We are pleased to note that this society which Mr. Cruickshanks did so much to honor, gratefully passed the following resolutions so well due to his memory:

Boston, February 3rd 1879.

To the family of the late James Cruickshanks.

At the meeting of the society held Saturday, February 1st 1879, the following preamble and resolutions were unanimously passed.

Whereas, It has pleased the All-wise disposer of events to remove from us by death our fellow member James Cruickshanks, therefore, Resolved, That we thereby sustain a loss which will be long and deeply felt. His great love of horticultural pursuits, his long experience and his sterling integrity gave weight and value to his counsel. Constant and faithful in all his duties, genial, social and sympathetic in his nature, his presence was always a source of pleasure to us, and we shall cherish his memory in full sympathy with his family in their bereavement.

Resolved, That these resolutions be entered on our records, and that the secretary be directed to send a copy to the family of the deceased.

Mr. Manning the secretary of the Massachusetts Horticultural Society, in transmitting the resolutions to the family of the deceased thus gives expressions to his feelings of regard:

"I must avail myself of the opportunity to say a word, though to those of his family who know me it may be unnecessary, expressive of my personal regard for Mr. Cruickshanks.

"There was no member of the society whom I greeted with more pleasure, none more trusted by every one in the society, and we shall long remember and miss his stalwart presence and his hearty grasp of the hand".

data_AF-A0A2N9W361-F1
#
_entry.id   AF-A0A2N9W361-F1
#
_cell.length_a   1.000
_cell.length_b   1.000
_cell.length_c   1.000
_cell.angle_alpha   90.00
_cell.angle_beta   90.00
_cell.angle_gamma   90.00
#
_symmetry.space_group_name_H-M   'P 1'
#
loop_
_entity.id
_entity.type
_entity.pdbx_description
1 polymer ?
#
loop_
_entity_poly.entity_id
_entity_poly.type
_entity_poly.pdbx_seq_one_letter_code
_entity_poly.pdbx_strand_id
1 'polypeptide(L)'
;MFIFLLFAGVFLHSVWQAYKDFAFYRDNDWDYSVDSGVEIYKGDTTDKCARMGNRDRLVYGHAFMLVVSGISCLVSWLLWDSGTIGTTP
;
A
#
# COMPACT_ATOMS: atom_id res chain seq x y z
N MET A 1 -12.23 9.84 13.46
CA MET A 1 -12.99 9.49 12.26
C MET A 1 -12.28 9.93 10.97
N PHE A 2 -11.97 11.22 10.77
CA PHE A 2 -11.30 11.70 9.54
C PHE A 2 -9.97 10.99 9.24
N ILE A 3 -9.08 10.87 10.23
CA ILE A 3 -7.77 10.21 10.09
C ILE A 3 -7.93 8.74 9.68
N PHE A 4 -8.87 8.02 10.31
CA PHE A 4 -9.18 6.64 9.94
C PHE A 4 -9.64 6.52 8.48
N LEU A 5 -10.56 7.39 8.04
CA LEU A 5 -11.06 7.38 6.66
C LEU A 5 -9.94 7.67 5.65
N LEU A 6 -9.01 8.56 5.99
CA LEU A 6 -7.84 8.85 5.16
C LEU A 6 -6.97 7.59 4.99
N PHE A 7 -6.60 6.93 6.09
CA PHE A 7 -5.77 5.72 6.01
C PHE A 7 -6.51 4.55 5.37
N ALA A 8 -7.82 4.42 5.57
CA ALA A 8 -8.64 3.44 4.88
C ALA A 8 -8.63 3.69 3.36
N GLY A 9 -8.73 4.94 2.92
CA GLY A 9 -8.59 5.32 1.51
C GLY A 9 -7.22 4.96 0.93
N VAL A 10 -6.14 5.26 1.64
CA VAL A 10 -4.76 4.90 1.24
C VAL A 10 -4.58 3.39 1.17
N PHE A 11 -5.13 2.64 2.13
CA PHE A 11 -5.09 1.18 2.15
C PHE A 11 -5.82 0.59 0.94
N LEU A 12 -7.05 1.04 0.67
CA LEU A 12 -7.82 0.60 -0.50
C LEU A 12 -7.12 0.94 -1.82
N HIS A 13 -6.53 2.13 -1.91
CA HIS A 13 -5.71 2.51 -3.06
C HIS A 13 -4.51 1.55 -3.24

At our request Mr. George Cruickshanks kindly furnishes the following brief notes of his father's work.

"My father was born in the town of Dunce, Berwickshire, Scotland, September 1st, 1800, followed the profession of his father, that of a gardener; he learned with his father while gardener at Lethington castle, Scotland, where his father died about 1830, after twenty-four years service. He filled places in the east of Scotland as head gardener, and that of superintendent of Light Hill cemetery, Glasgow. In the Spring of 1842 he arrived in New York, engaged to go to Hartford, Conn. with his wife and six children. I saw him in the Fall of the same year. Moved to the vicinity of Boston in the Spring of 1845. After filling the situation of gardener, he accepted the position of superintendent of Wood-lawn cemetery in 1850, Chelsea and Maiden, near Boston, which position he filled for nearly thirteen years; when he resigned in 1863 to begin the practice of landscape gardener and horticultural engineer, at which he had all he could attend to while he was able. He left an aged widow, two sous and two daughters, and a numerous circle of friends to mourn his loss.

"Of the family there were three sons and three daughters, of which I am the oldest of the four left, a brother in Kenosha, Wis., a minister, one sister married to an artist in Chelsea, and one sister living at home and unmarried".

We have given more than our usual space to these notices, because few worked so hard and really did so much as Mr. Cruickshanks to make the working practical gardener respected by those who employed him.